Center for h ea lth enhnce ment educa ti o n and

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Center for H ea lth Enh",nce ment Educa ti o n and Research (Co· d irect or). Un iversity of Calif ornia, L05 Angeles, CA 90024. can be derived from a consideration of how each target problem and related in tervention relate to a number of questions. 1. Has the target problem been causally associated with significant increases in mo rbidity and mort ality? 2. Is the problem prevalent in workers? 3. Are the increa se d ri sks associated with the problem reversible with changes in habits or with control measures? 4. Are there effective interventions that res ult in a change in target behavior a nd/or in physiological measures? 5. Are there good analyses that relate co sts and benefits a nd/ or costs and degree of effect? 6. To what degree have program co sts and effects been reported from experiences in the work environme nt ? To illustrate the range of information available to answer these qu est ions, four ri sk redu ctio n interve ntions will be considered: smoking cessation, hyp ertension con- trol, physical fitness programs and weight management programs. In addition, multifactorial int e rv entio ns to re- duce cardiovascular risk will be briefly examined. Hypertension Elevated blood pressure (> 140 /9 0 mm Hg) co nfers higher mortality and morbidity that can be reduced th rough low er ing of blood pre ss ur e. I - 3 On the average, individuals with hi gh blood pressure develop approximately thr ee times as much coronar y heart disease, six times as much congestive he art failure and seven times as many strokes as individuals with controlled or normal blood pressure. 3 ,4 In a five-year, 14-cent er cooperative trial in volving 11 ,00 0 h ype rtensive pa ti e nt s aged 30 to 69, those receiving care based on a standardi xc d an tih ype rt e n- sive protocol showed a sign ifi cant ly greater decline in both blood pressure and overa ll mortality then tho se referred to their private physician for care. 3 This di fferential derived from differences in degree of control ac hi eved. Over the five-year period from en try into the study, diastolic blood pressure decreased from 1.01.1 mm Hg to 84.1 mrn Hg in pro toco l ca re and from 101.2 mm Hg to 89. 1 mm Hg in referred care. 4 Based on this and other studies it is reason- able to assume that those in w hom h ype rtension is de · t ecte d, whether or not they are on antihype rtensive medi- Journal of Occupational MedicinelVol. 24, No. 11INovember 1932 907 '-. -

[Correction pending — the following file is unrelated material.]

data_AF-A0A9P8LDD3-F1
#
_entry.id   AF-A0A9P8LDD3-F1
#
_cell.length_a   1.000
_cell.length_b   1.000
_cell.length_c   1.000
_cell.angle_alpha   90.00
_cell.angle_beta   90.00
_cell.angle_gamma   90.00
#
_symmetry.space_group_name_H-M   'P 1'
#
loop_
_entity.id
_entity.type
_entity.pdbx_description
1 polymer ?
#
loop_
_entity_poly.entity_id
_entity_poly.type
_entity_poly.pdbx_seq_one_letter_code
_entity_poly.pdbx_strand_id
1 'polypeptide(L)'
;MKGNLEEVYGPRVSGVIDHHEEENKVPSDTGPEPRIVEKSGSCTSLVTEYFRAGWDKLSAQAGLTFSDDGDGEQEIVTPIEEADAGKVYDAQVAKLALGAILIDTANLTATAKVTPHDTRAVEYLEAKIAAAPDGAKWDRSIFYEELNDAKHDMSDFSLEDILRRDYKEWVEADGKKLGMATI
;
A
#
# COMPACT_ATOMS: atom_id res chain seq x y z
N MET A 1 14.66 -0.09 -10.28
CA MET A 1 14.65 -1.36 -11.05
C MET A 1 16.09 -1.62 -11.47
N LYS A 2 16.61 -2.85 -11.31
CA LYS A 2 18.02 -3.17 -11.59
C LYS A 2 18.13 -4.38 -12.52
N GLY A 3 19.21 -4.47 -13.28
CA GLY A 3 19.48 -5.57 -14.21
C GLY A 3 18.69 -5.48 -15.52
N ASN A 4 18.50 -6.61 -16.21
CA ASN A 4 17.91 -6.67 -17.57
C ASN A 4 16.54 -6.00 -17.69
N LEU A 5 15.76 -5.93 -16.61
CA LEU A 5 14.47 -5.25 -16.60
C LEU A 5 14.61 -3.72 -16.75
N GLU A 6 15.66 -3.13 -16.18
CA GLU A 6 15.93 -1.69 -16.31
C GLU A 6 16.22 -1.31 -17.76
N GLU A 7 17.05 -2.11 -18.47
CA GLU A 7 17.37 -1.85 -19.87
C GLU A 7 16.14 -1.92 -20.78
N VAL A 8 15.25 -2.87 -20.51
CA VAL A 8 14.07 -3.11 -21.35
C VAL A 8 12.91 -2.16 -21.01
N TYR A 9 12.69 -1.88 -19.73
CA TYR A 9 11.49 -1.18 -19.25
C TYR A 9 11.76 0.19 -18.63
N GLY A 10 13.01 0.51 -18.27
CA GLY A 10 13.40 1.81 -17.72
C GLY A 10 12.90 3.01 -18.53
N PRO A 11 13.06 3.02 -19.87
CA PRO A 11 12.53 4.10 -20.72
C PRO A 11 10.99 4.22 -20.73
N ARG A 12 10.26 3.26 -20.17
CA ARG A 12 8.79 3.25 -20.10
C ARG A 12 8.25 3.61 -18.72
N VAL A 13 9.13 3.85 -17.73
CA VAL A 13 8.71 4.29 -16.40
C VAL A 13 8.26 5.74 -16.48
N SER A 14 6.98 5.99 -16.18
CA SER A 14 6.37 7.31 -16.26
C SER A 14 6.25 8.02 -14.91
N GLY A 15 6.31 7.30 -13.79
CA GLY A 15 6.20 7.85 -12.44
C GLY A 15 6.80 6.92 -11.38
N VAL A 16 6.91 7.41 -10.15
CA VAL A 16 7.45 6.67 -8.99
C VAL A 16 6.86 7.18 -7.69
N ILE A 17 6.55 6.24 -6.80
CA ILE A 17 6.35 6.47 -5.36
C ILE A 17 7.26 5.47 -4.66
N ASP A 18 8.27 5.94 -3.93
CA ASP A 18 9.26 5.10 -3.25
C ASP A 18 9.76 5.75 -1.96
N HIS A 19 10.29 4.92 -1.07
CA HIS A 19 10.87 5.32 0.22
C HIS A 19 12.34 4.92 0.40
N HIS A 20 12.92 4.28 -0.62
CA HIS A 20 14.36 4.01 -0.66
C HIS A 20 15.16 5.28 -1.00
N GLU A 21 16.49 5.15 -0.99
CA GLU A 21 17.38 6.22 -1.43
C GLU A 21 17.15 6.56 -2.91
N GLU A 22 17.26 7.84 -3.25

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cation, can be brought '. lnder effecti ve control and that their morbidit y Jnd mortalit y, depending on age, sex, race and degree of hyp ertension, and other health ri s ks can be reduced over five years by 20 % to 50 % compared with untreated patient s, Hypertension is a prevalent problem in the work force. Based on studies at many places of work and in community blood pressure scref'ning programs, hypertension (uncon- trolled or controlled) is found in 15% 'CO 25% of those screened.
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  • Spring '12
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  • th e average, th ese programs, th ese program, al th prohssionals, th e work

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